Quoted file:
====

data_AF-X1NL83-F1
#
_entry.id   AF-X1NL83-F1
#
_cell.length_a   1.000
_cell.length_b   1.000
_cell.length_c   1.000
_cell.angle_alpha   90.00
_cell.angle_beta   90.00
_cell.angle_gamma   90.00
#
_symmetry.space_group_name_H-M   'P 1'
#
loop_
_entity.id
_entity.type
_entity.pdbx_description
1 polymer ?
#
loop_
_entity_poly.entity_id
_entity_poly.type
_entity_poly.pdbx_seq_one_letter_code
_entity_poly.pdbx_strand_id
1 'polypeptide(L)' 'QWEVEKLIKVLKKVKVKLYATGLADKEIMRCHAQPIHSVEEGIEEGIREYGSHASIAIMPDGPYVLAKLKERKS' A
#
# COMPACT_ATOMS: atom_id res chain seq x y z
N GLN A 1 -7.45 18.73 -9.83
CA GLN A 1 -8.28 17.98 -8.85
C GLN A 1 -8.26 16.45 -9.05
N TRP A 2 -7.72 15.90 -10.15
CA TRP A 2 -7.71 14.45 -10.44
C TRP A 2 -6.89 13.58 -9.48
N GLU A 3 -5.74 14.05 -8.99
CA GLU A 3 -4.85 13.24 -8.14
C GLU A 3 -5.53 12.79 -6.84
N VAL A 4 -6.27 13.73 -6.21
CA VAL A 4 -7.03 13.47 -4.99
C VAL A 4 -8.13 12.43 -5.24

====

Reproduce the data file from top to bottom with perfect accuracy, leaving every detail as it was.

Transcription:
data_AF-X1NL83-F1
#
_entry.id   AF-X1NL83-F1
#
_cell.length_a   1.000
_cell.length_b   1.000
_cell.length_c   1.000
_cell.angle_alpha   90.00
_cell.angle_beta   90.00
_cell.angle_gamma   90.00
#
_symmetry.space_group_name_H-M   'P 1'
#
loop_
_entity.id
_entity.type
_entity.pdbx_description
1 polymer ?
#
loop_
_entity_poly.entity_id
_entity_poly.type
_entity_poly.pdbx_seq_one_letter_code
_entity_poly.pdbx_strand_id
1 'polypeptide(L)' 'QWEVEKLIKVLKKVKVKLYATGLADKEIMRCHAQPIHSVEEGIEEGIREYGSHASIAIMPDGPYVLAKLKERKS' A
#
# COMPACT_ATOMS: atom_id res chain seq x y z
N GLN A 1 -7.45 18.73 -9.83
CA GLN A 1 -8.28 17.98 -8.85
C GLN A 1 -8.26 16.45 -9.05
N TRP A 2 -7.72 15.90 -10.15
CA TRP A 2 -7.71 14.45 -10.44
C TRP A 2 -6.89 13.58 -9.48
N GLU A 3 -5.74 14.05 -8.99
CA GLU A 3 -4.85 13.24 -8.14
C GLU A 3 -5.53 12.79 -6.84
N VAL A 4 -6.27 13.73 -6.21
CA VAL A 4 -7.03 13.47 -4.99
C VAL A 4 -8.13 12.43 -5.24